Commit efde24ba authored by schneider's avatar schneider
Browse files


parent 5630a992
Pipeline #1267 passed with stages
in 35 seconds
......@@ -2,133 +2,5 @@
title: Pycardium Modules Development
Pycardium is our micropython port. You can find it [here](
This page gives an overview on adding new modules to pycardium. There are two kinds of modules:
#### Modules written in Python
Python modules are written in ... Python. They live in [`pycardium/modules/py`]( and are pre-compiled and packed into pycardium at build-time. Python modules are meant to be used for creating abstractions and helpers based on lower level functionality. The rationale is that it is easier to write pythonic modules in Python instead of having to wrap all that in C code. Though care has to be taken as these modules get quite big.
#### Modules written in C
C modules allow MicroPython code to interface with the rest of the system or allow a much faster implementation of performance-critical code. For interfacing with card10, these modules are mostly meant to make use of the [Epicardium API](../epicardium_api_development).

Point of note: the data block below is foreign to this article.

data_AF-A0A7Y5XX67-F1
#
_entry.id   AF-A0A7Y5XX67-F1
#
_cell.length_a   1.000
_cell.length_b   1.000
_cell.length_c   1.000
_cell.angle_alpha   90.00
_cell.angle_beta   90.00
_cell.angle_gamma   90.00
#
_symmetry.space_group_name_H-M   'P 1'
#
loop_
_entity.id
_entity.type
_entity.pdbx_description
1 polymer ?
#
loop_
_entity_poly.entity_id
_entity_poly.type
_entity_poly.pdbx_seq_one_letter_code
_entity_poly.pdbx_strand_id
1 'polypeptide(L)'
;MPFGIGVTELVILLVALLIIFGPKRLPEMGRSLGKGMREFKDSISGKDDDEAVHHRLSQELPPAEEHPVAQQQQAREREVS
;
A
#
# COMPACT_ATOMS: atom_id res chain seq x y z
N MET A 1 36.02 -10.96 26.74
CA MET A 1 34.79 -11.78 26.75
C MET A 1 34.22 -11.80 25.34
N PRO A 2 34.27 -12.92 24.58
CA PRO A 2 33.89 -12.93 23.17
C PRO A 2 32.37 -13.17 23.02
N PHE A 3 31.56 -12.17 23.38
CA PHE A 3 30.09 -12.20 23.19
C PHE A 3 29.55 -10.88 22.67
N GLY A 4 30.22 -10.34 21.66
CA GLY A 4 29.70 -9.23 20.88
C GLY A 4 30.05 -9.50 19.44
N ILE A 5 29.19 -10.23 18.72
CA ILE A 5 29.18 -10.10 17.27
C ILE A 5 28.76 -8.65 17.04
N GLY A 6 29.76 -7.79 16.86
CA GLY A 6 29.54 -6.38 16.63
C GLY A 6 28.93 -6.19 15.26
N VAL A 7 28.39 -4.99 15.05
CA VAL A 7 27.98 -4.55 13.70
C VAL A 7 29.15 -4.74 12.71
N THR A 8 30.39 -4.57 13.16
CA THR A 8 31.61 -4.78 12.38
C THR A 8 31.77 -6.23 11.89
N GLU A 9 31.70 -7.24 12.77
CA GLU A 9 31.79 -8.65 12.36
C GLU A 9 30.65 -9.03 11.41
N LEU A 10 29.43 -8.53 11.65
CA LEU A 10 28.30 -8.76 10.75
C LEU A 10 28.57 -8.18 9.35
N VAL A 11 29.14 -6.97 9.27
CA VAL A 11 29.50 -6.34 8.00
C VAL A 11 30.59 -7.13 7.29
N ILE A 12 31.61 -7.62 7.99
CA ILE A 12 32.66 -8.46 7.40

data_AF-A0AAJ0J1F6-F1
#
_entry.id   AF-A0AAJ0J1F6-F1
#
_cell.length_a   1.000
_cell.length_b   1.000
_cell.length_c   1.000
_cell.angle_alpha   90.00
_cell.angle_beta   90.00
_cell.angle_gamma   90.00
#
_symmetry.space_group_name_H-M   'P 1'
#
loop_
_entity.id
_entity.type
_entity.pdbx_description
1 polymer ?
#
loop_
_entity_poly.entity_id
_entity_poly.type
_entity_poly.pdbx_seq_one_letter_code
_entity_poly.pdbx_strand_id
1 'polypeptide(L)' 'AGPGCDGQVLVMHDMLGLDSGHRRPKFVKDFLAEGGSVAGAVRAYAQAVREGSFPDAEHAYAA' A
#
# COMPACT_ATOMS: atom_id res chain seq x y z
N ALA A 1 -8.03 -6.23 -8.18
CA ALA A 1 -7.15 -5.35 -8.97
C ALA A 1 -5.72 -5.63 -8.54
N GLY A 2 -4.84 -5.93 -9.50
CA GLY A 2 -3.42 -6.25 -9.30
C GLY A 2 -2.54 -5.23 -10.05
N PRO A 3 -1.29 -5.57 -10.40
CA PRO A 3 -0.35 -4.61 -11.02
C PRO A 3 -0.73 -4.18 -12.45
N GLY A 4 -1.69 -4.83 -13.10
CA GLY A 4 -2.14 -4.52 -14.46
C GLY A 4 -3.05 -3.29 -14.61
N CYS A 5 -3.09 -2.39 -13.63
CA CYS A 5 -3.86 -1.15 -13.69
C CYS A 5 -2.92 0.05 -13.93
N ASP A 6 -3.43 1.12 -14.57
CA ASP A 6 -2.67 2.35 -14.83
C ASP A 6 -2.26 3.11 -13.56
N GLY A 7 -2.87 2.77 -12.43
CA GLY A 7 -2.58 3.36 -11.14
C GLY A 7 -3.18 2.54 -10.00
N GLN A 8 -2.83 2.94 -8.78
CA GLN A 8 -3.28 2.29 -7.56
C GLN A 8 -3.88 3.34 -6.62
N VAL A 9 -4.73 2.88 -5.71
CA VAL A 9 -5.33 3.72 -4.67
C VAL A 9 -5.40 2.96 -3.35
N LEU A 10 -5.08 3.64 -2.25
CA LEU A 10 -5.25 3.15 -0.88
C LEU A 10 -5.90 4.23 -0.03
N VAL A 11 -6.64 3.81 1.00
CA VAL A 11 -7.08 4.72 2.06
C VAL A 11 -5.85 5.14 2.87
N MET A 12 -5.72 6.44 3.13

## Table Of Contents
- [Python Modules](#python-modules)
- [Adding a new Python module](#adding-a-new-python-module)
- [Size Considerations](#size-considerations)
- [C Modules](#c-modules)
- [Basic Structure](#basic-structure)
- [Module Source](#module-source)
- [Build System](#build-system)
- [QSTR Definitions](#qstr-definitions)
- [Enable Module](#enable-module)
- [Wrapping Epicardium API](#wrapping-epicardium-api)
- [QSTR](#qstr)
## Python Modules
### Adding a new Python module
Add a file with the name of the module you want to [`pycardium/modules/py`]( Make the build-system aware of the new Python module by adding it in [`pycardium/modules/py/`]( Rebuild and you should have your module available in MicroPython! You can list the available modules in MicroPython using the following command:
### Size Considerations
Python modules can get quite big. If you want to get a feeling for how big, take a look at